David the Shepherd Warrior Died in His Bed

 

After King David slew Goliath (1 Samuel 17), he did not get killed in his next battle (1 Samuel 18:14).

 

Can any of us football fans ever forget the thrill of February 3, 2008?  Goliath fell, hit by a rock from a little sling.

 

We Redskins fans should not, therefore, expect two miracles in a row in New York Giants’ games.  Let us resolve to be happy if the season opener Thursday evening is a solid effort.

 

Dan Snyder beat Senator McCain to the punch by eight months:  The Redskins owner made a bold move that looks toward a beautiful long-term future before the Republican nominee ever thought of any governor of Alaska.  Our beloved owner deserves credit for this, loathe as anyone is to give him credit for anything.

 

Let us hope that Coach Zorn fulfills the promise.  Even though I have no idea what I am talking about (like many football fans), allow me to opine on the art of coaching:  In the end, being a successful coach is a matter of bigness and nobility of character.  Everybody has the “science” of football; spiritual leadership is what makes the difference.  (Talented players, of course, do not hurt–but there are plenty of talented Redskins.)  If Jim Zorn is half as big a man as Joe Gibbs is, if he can be half the spiritual leader Joe Gibbs was, then the future is very bright.  If not…well, it is not a pretty scenario.

      

If you are reading, coach, here is some advice from someone who certainly has no right to offer any.  Meditate on this moment from last season:  The Patriots had just shellacked the Redskins.  It was an embarrassment of historic proportions.  As everyone left the field, reporters hounded the head coach for a comment:  “Who’s to blame?”  At one of the lowest moments of his life, at a moment when most men would grasp at every straw in the cup to find someone or something else to complain about, Joe Gibbs calmly said, “There is plenty of blame to go around, but it begins with me.”

 

 

 

 

 

 

 

 

 

 

 

 

 

 

 

 

 

 

 

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Take Up Your Cross

 

 

 

Since Archbishop Wuerl wrote to us priests and asked us to make his points about Church teaching on abortion in our homilies this morning, I never got to give the homily I had prepared for today.  So here it is—a “web exclusive.”

 

 

You duped me, O LORD, and I let myself be duped;
you were too strong for me, and you triumphed.
  Jeremiah 20:7

 

The prophet Jeremiah cries out his complaint to the Lord, and then resigns himself to his fate.  At the time when Jeremiah was called to prophesy, the people of the kingdom of Judah had fallen so far into paganism that they had taken up the practice of sacrificing children to Baal.  The Lord ordered Jeremiah to speak out and condemn this.  Jeremiah was to prophesy that the people’s apostasy and evil would cause them to lose their homeland and be taken away in exile.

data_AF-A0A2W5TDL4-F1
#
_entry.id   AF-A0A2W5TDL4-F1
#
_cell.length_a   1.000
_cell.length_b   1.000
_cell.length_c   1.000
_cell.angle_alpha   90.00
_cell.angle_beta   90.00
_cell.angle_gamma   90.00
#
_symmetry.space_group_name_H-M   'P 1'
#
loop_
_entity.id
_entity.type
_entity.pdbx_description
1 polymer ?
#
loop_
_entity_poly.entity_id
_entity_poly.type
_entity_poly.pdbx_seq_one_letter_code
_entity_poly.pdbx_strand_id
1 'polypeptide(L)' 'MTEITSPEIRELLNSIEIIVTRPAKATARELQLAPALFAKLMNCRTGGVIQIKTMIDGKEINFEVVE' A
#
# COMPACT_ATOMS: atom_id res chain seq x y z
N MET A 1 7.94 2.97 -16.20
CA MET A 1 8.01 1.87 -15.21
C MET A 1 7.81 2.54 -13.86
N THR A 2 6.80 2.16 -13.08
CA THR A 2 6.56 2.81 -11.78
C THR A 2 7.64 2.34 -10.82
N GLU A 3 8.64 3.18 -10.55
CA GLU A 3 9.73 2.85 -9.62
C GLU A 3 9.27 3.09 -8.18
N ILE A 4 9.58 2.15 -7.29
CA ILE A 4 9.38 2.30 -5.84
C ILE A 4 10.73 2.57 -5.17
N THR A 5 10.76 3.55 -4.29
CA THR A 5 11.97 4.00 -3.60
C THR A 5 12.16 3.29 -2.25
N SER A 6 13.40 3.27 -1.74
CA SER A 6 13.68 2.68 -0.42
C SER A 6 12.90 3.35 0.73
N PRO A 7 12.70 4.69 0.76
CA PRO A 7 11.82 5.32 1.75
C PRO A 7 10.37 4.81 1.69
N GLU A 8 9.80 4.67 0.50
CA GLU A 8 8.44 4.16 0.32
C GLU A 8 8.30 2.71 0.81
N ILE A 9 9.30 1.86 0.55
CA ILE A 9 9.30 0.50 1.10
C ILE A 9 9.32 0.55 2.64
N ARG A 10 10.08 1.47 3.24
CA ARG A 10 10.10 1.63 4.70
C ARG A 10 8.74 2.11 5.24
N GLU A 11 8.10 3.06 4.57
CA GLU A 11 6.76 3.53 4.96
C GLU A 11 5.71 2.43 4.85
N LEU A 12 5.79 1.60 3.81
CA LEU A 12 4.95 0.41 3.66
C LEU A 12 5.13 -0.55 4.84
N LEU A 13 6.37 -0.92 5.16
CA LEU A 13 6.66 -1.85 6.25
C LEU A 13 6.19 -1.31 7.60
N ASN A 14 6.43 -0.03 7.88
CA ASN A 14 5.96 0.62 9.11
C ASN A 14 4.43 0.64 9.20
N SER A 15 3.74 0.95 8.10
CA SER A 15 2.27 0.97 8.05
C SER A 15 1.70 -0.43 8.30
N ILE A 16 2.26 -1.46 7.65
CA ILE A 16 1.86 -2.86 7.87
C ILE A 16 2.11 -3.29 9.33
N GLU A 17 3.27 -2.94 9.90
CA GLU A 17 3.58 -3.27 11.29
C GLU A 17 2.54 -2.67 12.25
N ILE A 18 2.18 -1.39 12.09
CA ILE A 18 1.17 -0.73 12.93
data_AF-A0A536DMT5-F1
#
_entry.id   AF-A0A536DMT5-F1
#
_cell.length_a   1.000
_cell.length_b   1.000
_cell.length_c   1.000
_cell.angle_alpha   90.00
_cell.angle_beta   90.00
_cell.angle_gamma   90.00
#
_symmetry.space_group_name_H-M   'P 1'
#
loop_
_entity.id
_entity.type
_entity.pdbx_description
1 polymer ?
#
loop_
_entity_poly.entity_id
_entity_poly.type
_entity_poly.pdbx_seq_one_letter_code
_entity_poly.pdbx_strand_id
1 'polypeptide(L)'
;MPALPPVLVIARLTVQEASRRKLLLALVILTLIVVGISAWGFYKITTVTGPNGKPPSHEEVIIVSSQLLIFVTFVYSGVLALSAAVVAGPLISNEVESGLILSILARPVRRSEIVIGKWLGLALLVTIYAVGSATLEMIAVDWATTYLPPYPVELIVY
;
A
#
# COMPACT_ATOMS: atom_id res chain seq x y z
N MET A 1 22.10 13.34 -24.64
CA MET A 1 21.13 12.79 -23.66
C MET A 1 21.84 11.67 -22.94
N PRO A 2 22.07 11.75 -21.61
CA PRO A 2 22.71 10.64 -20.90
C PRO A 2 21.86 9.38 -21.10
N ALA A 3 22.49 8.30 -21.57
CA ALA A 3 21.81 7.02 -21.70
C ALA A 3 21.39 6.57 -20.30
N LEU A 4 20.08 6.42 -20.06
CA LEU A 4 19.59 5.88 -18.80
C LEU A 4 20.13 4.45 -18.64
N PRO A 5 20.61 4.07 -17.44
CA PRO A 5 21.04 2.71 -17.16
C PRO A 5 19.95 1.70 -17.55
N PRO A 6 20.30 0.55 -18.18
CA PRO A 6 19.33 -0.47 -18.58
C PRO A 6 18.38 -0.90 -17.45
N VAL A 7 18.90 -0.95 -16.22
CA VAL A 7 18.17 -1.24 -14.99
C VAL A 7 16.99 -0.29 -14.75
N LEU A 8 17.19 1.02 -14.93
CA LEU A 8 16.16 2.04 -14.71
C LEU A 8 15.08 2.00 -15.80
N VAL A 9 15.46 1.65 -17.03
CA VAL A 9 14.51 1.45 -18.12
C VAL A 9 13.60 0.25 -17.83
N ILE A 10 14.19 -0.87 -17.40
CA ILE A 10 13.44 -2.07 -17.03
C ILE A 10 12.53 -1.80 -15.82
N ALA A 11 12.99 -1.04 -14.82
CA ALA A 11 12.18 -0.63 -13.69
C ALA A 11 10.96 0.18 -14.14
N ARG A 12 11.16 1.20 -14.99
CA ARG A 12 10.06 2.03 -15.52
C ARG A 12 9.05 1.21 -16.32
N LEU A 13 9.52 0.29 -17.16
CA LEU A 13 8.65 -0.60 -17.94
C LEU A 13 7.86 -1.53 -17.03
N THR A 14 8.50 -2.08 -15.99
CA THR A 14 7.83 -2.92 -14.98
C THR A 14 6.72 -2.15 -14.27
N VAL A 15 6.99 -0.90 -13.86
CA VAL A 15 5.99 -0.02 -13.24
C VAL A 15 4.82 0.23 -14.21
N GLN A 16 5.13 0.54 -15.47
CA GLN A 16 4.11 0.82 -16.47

Jeremiah made his resigned complaint after the High Priest of the Temple struck him and ordered him put in the stocks because the prophet declared that doom would befall Jerusalem.

 

Jeremiah was not naturally inclined to make trouble; he was no grandstander.  He would have preferred a quiet life.  But the Lord compelled him to speak the truth and warn the people about the coming wrath.  Even though obeying the divine summons cost him abuse, imprisonment, and exile, Jeremiah wistfully acknowledged to the Lord that he could not help but obey Him.  There is nothing sweeter, in fact, than to suffer for the Lord by bearing unflinching witness to the divine truth of Revelation.

 

Then Jesus said to his disciples,“Whoever wishes to come after me must deny himself,
take up his cross, and follow me.”
  Matthew 16:24

 

This verse comes shortly after the verses we read at Holy Mass last week ( https://frmarkdwhite.wordpress.com/2008/08/21/caesarea-philippi/ ).  When the Lord told them to take up their crosses, His disciples were still with Him at the foot of Mt. Hermon.  As we recall, St. Peter had just declared the truth about Christ for the first time:  You are the Son of God.  You are divine.  This is what has been revealed to us:  Jesus of Nazareth is the eternal truth. He is the Lord of heaven Who compelled the prophets to speak.  Christ is the Holy One of Israel for Whom Jeremiah freely chose to suffer.

 

So St. Peter had declared the Catholic faith for the first time ever.  You might think the Lord Jesus would have patted him on the back, and then they might have spent some time basking in the moment.

 

Instead, Christ declared:  I, the Almighty Master of all things, I will bend my neck beneath the yoke of suffering and give myself over into the hands of my enemies.  I, the immortal One, will suffer and die.  This is my destiny; this is my mission.  And it is not to end in disaster, but in the triumph of life over death.

 

Let us try to put ourselves in the place of the disciples who first heard Christ tell them that in order to follow Him, they must take up their crosses.  Now, two millennia later, we know that the cross is the symbol of the perfect sacrifice of atonement offered by the Son of God.  We know that it is the symbol of our Redemption and eternal life.